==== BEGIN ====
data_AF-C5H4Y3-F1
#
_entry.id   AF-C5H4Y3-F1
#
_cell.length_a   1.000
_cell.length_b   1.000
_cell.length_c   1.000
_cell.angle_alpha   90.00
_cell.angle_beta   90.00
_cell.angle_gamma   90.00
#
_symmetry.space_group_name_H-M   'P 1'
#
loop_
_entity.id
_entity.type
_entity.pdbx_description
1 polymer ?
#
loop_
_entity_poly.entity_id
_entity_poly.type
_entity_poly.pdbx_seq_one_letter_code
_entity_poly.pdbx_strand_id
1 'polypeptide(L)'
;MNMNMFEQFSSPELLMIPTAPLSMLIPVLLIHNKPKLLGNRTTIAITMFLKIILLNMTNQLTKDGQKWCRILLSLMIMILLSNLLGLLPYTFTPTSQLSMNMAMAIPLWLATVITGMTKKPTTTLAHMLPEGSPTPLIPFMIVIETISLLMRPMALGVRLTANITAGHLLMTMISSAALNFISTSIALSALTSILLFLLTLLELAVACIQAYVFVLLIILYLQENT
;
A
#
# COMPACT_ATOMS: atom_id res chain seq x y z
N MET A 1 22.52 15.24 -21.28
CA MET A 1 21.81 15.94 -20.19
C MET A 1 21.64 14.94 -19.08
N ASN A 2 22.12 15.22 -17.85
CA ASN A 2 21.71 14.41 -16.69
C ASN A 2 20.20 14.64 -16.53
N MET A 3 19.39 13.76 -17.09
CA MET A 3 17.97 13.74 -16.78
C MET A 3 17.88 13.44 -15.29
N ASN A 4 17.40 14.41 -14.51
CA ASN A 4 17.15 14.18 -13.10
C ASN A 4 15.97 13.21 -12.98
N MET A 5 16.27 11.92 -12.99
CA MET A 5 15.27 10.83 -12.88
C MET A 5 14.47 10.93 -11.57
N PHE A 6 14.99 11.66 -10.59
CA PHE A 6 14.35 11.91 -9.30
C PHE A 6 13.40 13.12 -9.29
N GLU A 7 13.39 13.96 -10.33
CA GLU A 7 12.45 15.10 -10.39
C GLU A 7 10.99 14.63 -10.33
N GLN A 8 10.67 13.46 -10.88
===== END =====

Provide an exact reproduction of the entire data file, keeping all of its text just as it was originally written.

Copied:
data_AF-C5H4Y3-F1
#
_entry.id   AF-C5H4Y3-F1
#
_cell.length_a   1.000
_cell.length_b   1.000
_cell.length_c   1.000
_cell.angle_alpha   90.00
_cell.angle_beta   90.00
_cell.angle_gamma   90.00
#
_symmetry.space_group_name_H-M   'P 1'
#
loop_
_entity.id
_entity.type
_entity.pdbx_description
1 polymer ?
#
loop_
_entity_poly.entity_id
_entity_poly.type
_entity_poly.pdbx_seq_one_letter_code
_entity_poly.pdbx_strand_id
1 'polypeptide(L)'
;MNMNMFEQFSSPELLMIPTAPLSMLIPVLLIHNKPKLLGNRTTIAITMFLKIILLNMTNQLTKDGQKWCRILLSLMIMILLSNLLGLLPYTFTPTSQLSMNMAMAIPLWLATVITGMTKKPTTTLAHMLPEGSPTPLIPFMIVIETISLLMRPMALGVRLTANITAGHLLMTMISSAALNFISTSIALSALTSILLFLLTLLELAVACIQAYVFVLLIILYLQENT
;
A
#
# COMPACT_ATOMS: atom_id res chain seq x y z
N MET A 1 22.52 15.24 -21.28
CA MET A 1 21.81 15.94 -20.19
C MET A 1 21.64 14.94 -19.08
N ASN A 2 22.12 15.22 -17.85
CA ASN A 2 21.71 14.41 -16.69
C ASN A 2 20.20 14.64 -16.53
N MET A 3 19.39 13.76 -17.09
CA MET A 3 17.97 13.74 -16.78
C MET A 3 17.88 13.44 -15.29
N ASN A 4 17.40 14.41 -14.51
CA ASN A 4 17.15 14.18 -13.10
C ASN A 4 15.97 13.21 -12.98
N MET A 5 16.27 11.92 -12.99
CA MET A 5 15.27 10.83 -12.88
C MET A 5 14.47 10.93 -11.57
N PHE A 6 14.99 11.66 -10.59
CA PHE A 6 14.35 11.91 -9.30
C PHE A 6 13.40 13.12 -9.29
N GLU A 7 13.39 13.96 -10.33
CA GLU A 7 12.45 15.10 -10.39
C GLU A 7 10.99 14.63 -10.33
N GLN A 8 10.67 13.46 -10.88